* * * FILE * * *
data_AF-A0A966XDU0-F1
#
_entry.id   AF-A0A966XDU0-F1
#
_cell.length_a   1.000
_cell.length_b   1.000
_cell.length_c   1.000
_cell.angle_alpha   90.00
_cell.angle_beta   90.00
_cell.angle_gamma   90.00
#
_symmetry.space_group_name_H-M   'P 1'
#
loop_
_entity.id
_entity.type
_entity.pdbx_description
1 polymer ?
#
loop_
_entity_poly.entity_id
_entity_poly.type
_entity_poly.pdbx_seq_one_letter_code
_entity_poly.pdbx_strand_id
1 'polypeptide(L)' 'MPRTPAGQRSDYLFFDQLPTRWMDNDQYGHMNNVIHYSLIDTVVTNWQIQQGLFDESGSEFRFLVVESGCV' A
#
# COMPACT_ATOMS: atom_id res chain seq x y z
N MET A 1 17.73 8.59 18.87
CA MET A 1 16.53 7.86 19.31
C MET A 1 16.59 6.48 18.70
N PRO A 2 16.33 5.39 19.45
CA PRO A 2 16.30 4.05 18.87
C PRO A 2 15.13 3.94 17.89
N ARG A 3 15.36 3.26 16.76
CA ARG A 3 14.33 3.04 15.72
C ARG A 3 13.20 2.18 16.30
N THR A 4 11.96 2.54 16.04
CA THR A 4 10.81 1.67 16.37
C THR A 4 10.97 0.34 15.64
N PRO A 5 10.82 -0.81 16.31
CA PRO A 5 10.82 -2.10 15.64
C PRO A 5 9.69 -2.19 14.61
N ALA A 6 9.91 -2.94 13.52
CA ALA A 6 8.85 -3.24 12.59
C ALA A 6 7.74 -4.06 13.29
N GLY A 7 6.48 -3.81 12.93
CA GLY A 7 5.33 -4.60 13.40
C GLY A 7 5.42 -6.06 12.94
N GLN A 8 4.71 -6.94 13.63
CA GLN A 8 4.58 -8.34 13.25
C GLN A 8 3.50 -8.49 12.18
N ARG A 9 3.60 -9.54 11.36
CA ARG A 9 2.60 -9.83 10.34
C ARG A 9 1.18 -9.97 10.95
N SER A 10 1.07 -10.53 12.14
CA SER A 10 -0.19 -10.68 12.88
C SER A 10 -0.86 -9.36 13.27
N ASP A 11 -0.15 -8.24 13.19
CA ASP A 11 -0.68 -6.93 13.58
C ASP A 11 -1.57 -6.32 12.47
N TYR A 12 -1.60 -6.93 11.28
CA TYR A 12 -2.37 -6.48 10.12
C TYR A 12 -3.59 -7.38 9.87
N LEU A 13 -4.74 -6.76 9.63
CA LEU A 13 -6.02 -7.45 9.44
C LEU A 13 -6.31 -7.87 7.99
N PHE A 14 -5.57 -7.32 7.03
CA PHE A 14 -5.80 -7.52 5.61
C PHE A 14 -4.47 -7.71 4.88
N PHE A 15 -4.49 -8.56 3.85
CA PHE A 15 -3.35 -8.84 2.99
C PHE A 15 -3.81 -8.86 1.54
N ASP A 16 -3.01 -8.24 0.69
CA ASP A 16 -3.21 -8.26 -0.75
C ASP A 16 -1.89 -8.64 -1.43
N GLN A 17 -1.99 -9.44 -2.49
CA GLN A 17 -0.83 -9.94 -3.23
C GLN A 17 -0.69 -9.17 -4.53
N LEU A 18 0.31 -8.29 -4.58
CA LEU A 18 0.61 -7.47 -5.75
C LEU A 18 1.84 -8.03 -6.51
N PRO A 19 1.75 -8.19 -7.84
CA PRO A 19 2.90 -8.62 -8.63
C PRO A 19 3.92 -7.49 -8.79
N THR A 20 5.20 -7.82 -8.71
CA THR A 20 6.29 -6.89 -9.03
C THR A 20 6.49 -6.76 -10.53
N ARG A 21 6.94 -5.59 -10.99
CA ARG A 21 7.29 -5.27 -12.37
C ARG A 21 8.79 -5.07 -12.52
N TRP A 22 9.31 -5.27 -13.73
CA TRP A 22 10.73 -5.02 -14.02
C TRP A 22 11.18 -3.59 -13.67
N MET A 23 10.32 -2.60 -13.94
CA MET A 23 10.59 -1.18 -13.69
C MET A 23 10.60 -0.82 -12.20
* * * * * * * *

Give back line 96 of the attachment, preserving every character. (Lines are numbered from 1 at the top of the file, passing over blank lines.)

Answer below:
C MET A 23 10.60 -0.82 -12.20